As a version of the esteemed Backland 100 designed specifically for shorter or lighter skiers, the Backland 98 jumps into the fray of powder-hunting, crud-busting skis in the competitive 95-105mm-waisted ski category. What makes this striped salmon of a powder board distinct from all the rest? Foremost in our testers' minds was the rocker/camber balance of the Backland 98, which makes the ski notably predictable and obedient even as conditions change from untracked blower to cut-up chalk to windboard. Atomic has long excelled at making both flat-tailed touring skis such as the Backland UL 85, as well as blue whale-sized powder skis in their Bent Chetler series, and the Backland 98 is the best of both worlds, freeride and touring alike. Atomic, true to its Austrian heritage and alpine-race-ski engineering roots, made sure that the Backland 98 would feel stable on edge and quick to engage when turning on hard snow. Not just a flash of brilliance for a few days of skiing, the full sidewall construction underlies the ski's durability for many deep days in the backcountry to come. If the goal is to bust crud and surf pow with the same boards on your feet, the Atomic Backland 98 Women's ski should get the nod.
- HRZN Tech tip shaping increases flotation in soft snow, and decreases turn deflection in variable conditions.
- Detuned for lighter skiers, the carbon backbone provides the right amount of stiffness for a responsive, but supple ride.
- Atomic's Powder Rocker profile yields easy turning in powder and crud alike.
- Full sidewall construction makes for a durable ski with solid edge hold.
Update 2021/22: The topsheet has been revamped.
Update 2022/23: Atomic kindly updated the topsheet again.
|Lengths (cm)||156, 164, 172|
|Weight (pair)||2190g 
||Round tip, curved tail with rubber protector|
||Rockered tip and tail (20%/10%), light camber underfoot (70%)|
||HRZN Tech tip, shorter radius, mostly round tail|
||HRZN Tech, Carbon Backbone with Ultra Power woodcore|
||Carbon fiber and Karuba wood|
|Skimo Co Says|
|Usage||Ski touring in soft snow and mixed conditions|
|Notes||HRZN Tech spoon a rockered tip offers simple, fun turning|
|Bottom Line||Well balanced ski for powder-heavy touring|
|Compare to other Women's Skis|
Questions & Reviews
The Backland 98 (same as the men's 100) are light and prefer powder skiing. The 107 will be your freeride model, skiing fast and in variable snow is their thing. Most people would probably put someone your size on the 164cm, but for powder skiing, the 172cm would be nice.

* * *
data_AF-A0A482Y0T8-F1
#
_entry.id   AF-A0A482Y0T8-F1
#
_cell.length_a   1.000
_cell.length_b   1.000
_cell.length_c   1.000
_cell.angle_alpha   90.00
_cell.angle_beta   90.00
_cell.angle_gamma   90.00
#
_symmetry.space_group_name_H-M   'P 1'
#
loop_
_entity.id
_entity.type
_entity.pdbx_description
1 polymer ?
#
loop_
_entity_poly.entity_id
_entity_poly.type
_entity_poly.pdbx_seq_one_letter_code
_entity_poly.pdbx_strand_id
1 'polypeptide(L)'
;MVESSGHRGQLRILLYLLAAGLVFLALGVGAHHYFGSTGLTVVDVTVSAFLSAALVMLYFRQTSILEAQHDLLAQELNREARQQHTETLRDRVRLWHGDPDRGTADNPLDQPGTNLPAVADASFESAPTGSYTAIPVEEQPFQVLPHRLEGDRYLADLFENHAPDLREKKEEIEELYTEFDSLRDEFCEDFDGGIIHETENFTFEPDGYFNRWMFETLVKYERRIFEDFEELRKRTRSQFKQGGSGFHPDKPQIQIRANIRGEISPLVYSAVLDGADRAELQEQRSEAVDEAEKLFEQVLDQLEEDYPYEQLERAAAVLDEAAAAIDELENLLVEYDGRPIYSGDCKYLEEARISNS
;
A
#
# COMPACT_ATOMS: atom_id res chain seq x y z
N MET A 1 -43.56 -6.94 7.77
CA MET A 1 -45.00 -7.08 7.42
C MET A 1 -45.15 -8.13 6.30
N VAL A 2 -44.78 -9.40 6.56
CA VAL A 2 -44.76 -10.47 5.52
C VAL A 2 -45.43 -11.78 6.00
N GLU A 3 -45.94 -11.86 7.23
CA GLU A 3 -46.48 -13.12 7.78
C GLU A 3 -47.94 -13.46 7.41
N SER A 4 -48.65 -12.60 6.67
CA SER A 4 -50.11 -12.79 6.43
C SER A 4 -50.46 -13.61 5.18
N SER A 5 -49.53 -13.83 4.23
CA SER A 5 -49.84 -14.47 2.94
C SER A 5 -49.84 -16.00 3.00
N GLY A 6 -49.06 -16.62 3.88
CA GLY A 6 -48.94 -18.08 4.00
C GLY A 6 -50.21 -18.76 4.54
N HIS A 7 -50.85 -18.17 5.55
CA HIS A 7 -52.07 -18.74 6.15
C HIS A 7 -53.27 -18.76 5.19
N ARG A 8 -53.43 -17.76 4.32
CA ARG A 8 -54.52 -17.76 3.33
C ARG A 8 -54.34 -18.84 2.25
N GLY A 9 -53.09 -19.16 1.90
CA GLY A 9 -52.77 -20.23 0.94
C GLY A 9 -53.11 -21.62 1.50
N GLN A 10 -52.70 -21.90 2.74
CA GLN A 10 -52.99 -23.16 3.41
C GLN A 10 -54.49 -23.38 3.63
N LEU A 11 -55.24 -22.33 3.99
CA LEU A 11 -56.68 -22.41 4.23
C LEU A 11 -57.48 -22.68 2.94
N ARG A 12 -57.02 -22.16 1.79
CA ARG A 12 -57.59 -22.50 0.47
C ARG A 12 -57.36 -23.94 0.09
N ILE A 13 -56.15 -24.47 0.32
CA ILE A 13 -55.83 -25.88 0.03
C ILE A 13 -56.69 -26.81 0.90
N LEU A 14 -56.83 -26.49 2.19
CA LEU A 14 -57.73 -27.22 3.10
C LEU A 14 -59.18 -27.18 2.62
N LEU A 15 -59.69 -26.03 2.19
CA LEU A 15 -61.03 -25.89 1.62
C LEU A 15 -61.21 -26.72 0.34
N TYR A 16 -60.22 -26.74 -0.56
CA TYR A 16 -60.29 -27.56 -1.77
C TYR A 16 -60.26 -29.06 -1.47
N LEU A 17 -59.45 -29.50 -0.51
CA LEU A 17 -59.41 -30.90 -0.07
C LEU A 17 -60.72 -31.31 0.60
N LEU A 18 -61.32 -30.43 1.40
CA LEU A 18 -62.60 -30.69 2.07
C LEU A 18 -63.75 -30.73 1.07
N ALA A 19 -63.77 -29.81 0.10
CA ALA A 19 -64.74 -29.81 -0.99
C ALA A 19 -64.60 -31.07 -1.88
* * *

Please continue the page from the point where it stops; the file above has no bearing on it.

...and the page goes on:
Bindings, unless you plan to ski this ski 90% of the time in a resort, get the Salomon MTN (or Atomic Backlands). The Shift is more a resort binding than a touring binding, and I gather you have plenty of resort gear already.
To dive in deeper, you can email us at firstname.lastname@example.org.
I am considering these skis but I can't decide the size, I am 163cm and would be skiing in all sorts of conditions (ice, powder, packed snow). Any thoughts ?
What would be a good size ski for 5'9" 135lb women intermediate skier in this ski? I live in California, primarily backcountry skiing out of mammoth lakes ca so conditions are a mixed bag.
I am also deciding between the atomic 95s or these 98s. What can I expect the differences to be?
What would be good skins for these skis? Would the raised tips create a gab between the skin and the ski and let in snow as im skinning on powder days?
Whatever your favorite skins are would be fine with these! As long as they are applied uniformly to your ski bases, I see no reason why snow would intrude near the tip. The ski tails are somewhat chunky so durable tail clips would be a nice skin feature.
I ski in the Lake Tahoe area where the snow is heavy. These seem like they would be a good ski for me. I ski a lot in a variety of terrain and conditions. I like to be able to make controlled turns. I'm wondering what length would be good for me. I'm 5'6 130 lbs. This to be my only touring ski. Thanks!
I think you could go with either the 164cm length or the 172cm length and both would be appropriate based on your height. Your decision on which one to go with should come down to what length of ski you are used to skiing--if you are used to longer skis, go long, if you are used to shorter skis, go short. It should also come down to what you prioritize in your skiing experiences. The shorter length will be easier to turn and maneuver, especially in tight or variable conditions. The longer length will be slightly less quick to turn, but will float a little better in deeper conditions and will be a little more stable at higher speeds. Either way, it's a great, versatile ski, and no matter which length you choose I think you'll have a blast!
Any idea why the stop sheets online are different than those currently in stores? The ones here at near black tips and horizontal marking and the ones in stores are purple with diagonal watermark pattern!
Haha just curious which ones I'd get if I order online.
The Atomic Backland 98 that we have listed on our website matches the appearance of the ski that we have in the shop as well. I would recommend you reach out to the shop where you took that photo and inquire with them!
Thanks for reaching out! Besides the minute discrepancy in weight that we found, there is no difference between the Men's and Women's skis in terms of construction.
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